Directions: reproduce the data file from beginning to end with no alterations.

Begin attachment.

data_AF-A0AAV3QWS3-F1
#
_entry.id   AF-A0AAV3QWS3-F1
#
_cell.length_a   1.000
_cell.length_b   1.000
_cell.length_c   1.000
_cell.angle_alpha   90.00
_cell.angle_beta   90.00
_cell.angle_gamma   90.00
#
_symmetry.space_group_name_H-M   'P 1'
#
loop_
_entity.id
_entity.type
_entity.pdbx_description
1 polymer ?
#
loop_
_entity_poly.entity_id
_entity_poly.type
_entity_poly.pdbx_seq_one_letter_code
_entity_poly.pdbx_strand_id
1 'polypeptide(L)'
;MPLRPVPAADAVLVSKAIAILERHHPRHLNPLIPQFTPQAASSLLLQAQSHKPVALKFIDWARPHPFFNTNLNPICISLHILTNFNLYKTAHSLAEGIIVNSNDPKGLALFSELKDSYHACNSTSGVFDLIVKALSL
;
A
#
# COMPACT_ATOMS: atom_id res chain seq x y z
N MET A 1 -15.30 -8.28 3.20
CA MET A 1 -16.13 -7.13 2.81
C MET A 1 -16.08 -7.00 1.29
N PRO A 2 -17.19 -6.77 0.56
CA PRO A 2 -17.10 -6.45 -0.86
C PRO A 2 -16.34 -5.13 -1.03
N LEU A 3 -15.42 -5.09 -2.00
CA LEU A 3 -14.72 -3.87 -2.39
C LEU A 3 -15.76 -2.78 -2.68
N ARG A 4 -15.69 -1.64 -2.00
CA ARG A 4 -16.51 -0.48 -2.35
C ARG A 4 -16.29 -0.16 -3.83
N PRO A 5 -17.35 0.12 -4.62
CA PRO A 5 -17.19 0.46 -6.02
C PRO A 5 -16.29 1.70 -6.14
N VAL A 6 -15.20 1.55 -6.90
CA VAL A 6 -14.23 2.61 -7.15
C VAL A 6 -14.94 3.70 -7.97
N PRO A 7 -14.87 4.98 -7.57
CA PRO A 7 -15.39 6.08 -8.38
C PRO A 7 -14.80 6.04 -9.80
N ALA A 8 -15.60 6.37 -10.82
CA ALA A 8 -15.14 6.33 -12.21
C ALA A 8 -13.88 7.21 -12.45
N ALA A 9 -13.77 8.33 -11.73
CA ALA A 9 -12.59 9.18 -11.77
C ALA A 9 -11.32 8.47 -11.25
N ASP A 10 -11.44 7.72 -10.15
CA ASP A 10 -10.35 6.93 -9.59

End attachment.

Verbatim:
data_AF-A0AAV3QWS3-F1
#
_entry.id   AF-A0AAV3QWS3-F1
#
_cell.length_a   1.000
_cell.length_b   1.000
_cell.length_c   1.000
_cell.angle_alpha   90.00
_cell.angle_beta   90.00
_cell.angle_gamma   90.00
#
_symmetry.space_group_name_H-M   'P 1'
#
loop_
_entity.id
_entity.type
_entity.pdbx_description
1 polymer ?
#
loop_
_entity_poly.entity_id
_entity_poly.type
_entity_poly.pdbx_seq_one_letter_code
_entity_poly.pdbx_strand_id
1 'polypeptide(L)'
;MPLRPVPAADAVLVSKAIAILERHHPRHLNPLIPQFTPQAASSLLLQAQSHKPVALKFIDWARPHPFFNTNLNPICISLHILTNFNLYKTAHSLAEGIIVNSNDPKGLALFSELKDSYHACNSTSGVFDLIVKALSL
;
A
#
# COMPACT_ATOMS: atom_id res chain seq x y z
N MET A 1 -15.30 -8.28 3.20
CA MET A 1 -16.13 -7.13 2.81
C MET A 1 -16.08 -7.00 1.29
N PRO A 2 -17.19 -6.77 0.56
CA PRO A 2 -17.10 -6.45 -0.86
C PRO A 2 -16.34 -5.13 -1.03
N LEU A 3 -15.42 -5.09 -2.00
CA LEU A 3 -14.72 -3.87 -2.39
C LEU A 3 -15.76 -2.78 -2.68
N ARG A 4 -15.69 -1.64 -2.00
CA ARG A 4 -16.51 -0.48 -2.35
C ARG A 4 -16.29 -0.16 -3.83
N PRO A 5 -17.35 0.12 -4.62
CA PRO A 5 -17.19 0.46 -6.02
C PRO A 5 -16.29 1.70 -6.14
N VAL A 6 -15.20 1.55 -6.90
CA VAL A 6 -14.23 2.61 -7.15
C VAL A 6 -14.94 3.70 -7.97
N PRO A 7 -14.87 4.98 -7.57
CA PRO A 7 -15.39 6.08 -8.38
C PRO A 7 -14.80 6.04 -9.80
N ALA A 8 -15.60 6.37 -10.82
CA ALA A 8 -15.14 6.33 -12.21
C ALA A 8 -13.88 7.21 -12.45
N ALA A 9 -13.77 8.33 -11.73
CA ALA A 9 -12.59 9.18 -11.77
C ALA A 9 -11.32 8.47 -11.25
N ASP A 10 -11.44 7.72 -10.15
CA ASP A 10 -10.35 6.93 -9.59